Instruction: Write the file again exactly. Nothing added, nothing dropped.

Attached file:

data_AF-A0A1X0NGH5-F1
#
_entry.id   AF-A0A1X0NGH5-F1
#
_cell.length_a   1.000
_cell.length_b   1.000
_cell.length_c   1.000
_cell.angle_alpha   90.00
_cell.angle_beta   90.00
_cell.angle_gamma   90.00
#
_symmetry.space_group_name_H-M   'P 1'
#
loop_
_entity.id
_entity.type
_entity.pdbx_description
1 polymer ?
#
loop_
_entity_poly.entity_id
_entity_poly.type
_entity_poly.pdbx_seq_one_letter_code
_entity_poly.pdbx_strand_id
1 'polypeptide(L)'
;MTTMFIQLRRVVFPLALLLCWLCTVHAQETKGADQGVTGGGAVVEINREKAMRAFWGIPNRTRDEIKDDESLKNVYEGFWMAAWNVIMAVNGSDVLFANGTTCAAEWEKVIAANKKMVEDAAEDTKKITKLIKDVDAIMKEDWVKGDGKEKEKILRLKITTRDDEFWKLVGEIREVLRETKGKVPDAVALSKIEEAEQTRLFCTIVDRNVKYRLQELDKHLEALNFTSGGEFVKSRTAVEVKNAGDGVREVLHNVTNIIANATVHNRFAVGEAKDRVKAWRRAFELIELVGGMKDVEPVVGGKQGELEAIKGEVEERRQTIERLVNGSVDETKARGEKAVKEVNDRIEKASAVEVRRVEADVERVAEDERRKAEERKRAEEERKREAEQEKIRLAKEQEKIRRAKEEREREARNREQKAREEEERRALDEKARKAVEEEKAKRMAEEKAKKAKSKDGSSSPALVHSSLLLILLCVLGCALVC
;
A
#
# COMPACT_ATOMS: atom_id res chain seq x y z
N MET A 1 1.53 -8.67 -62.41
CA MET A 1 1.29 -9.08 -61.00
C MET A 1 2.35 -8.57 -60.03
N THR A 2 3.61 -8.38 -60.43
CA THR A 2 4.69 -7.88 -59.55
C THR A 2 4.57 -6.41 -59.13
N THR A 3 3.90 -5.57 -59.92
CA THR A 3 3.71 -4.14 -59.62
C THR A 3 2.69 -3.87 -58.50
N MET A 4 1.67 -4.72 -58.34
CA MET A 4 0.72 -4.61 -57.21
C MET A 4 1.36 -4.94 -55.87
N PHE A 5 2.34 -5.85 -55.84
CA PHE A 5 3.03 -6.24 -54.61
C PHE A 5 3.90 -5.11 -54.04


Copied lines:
data_AF-A0A1X0NGH5-F1
#
_entry.id   AF-A0A1X0NGH5-F1
#
_cell.length_a   1.000
_cell.length_b   1.000
_cell.length_c   1.000
_cell.angle_alpha   90.00
_cell.angle_beta   90.00
_cell.angle_gamma   90.00
#
_symmetry.space_group_name_H-M   'P 1'
#
loop_
_entity.id
_entity.type
_entity.pdbx_description
1 polymer ?
#
loop_
_entity_poly.entity_id
_entity_poly.type
_entity_poly.pdbx_seq_one_letter_code
_entity_poly.pdbx_strand_id
1 'polypeptide(L)'
;MTTMFIQLRRVVFPLALLLCWLCTVHAQETKGADQGVTGGGAVVEINREKAMRAFWGIPNRTRDEIKDDESLKNVYEGFWMAAWNVIMAVNGSDVLFANGTTCAAEWEKVIAANKKMVEDAAEDTKKITKLIKDVDAIMKEDWVKGDGKEKEKILRLKITTRDDEFWKLVGEIREVLRETKGKVPDAVALSKIEEAEQTRLFCTIVDRNVKYRLQELDKHLEALNFTSGGEFVKSRTAVEVKNAGDGVREVLHNVTNIIANATVHNRFAVGEAKDRVKAWRRAFELIELVGGMKDVEPVVGGKQGELEAIKGEVEERRQTIERLVNGSVDETKARGEKAVKEVNDRIEKASAVEVRRVEADVERVAEDERRKAEERKRAEEERKREAEQEKIRLAKEQEKIRRAKEEREREARNREQKAREEEERRALDEKARKAVEEEKAKRMAEEKAKKAKSKDGSSSPALVHSSLLLILLCVLGCALVC
;
A
#
# COMPACT_ATOMS: atom_id res chain seq x y z
N MET A 1 1.53 -8.67 -62.41
CA MET A 1 1.29 -9.08 -61.00
C MET A 1 2.35 -8.57 -60.03
N THR A 2 3.61 -8.38 -60.43
CA THR A 2 4.69 -7.88 -59.55
C THR A 2 4.57 -6.41 -59.13
N THR A 3 3.90 -5.57 -59.92
CA THR A 3 3.71 -4.14 -59.62
C THR A 3 2.69 -3.87 -58.50
N MET A 4 1.67 -4.72 -58.34
CA MET A 4 0.72 -4.61 -57.21
C MET A 4 1.36 -4.94 -55.87
N PHE A 5 2.34 -5.85 -55.84
CA PHE A 5 3.03 -6.24 -54.61
C PHE A 5 3.90 -5.11 -54.04